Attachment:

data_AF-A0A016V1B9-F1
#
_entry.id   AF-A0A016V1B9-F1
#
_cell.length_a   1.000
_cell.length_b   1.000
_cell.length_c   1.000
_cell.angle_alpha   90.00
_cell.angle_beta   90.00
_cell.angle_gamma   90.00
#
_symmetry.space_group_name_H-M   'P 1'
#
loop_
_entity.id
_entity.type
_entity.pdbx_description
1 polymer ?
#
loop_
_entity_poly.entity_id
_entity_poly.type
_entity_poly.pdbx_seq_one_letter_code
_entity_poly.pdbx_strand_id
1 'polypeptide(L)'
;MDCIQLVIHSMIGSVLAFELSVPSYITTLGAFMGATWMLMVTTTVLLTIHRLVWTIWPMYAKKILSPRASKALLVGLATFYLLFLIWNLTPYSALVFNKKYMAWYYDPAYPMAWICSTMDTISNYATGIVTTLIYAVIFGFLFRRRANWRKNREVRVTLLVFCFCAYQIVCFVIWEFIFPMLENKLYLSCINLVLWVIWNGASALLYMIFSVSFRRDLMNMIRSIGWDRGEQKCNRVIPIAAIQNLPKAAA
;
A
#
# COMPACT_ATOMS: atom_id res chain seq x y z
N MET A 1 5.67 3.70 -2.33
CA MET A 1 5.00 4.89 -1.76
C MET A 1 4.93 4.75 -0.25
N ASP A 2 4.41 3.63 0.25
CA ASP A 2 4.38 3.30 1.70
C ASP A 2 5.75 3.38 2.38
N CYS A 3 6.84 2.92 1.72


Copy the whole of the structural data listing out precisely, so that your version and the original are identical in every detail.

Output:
data_AF-A0A016V1B9-F1
#
_entry.id   AF-A0A016V1B9-F1
#
_cell.length_a   1.000
_cell.length_b   1.000
_cell.length_c   1.000
_cell.angle_alpha   90.00
_cell.angle_beta   90.00
_cell.angle_gamma   90.00
#
_symmetry.space_group_name_H-M   'P 1'
#
loop_
_entity.id
_entity.type
_entity.pdbx_description
1 polymer ?
#
loop_
_entity_poly.entity_id
_entity_poly.type
_entity_poly.pdbx_seq_one_letter_code
_entity_poly.pdbx_strand_id
1 'polypeptide(L)'
;MDCIQLVIHSMIGSVLAFELSVPSYITTLGAFMGATWMLMVTTTVLLTIHRLVWTIWPMYAKKILSPRASKALLVGLATFYLLFLIWNLTPYSALVFNKKYMAWYYDPAYPMAWICSTMDTISNYATGIVTTLIYAVIFGFLFRRRANWRKNREVRVTLLVFCFCAYQIVCFVIWEFIFPMLENKLYLSCINLVLWVIWNGASALLYMIFSVSFRRDLMNMIRSIGWDRGEQKCNRVIPIAAIQNLPKAAA
;
A
#
# COMPACT_ATOMS: atom_id res chain seq x y z
N MET A 1 5.67 3.70 -2.33
CA MET A 1 5.00 4.89 -1.76
C MET A 1 4.93 4.75 -0.25
N ASP A 2 4.41 3.63 0.25
CA ASP A 2 4.38 3.30 1.70
C ASP A 2 5.75 3.38 2.38
N CYS A 3 6.84 2.92 1.72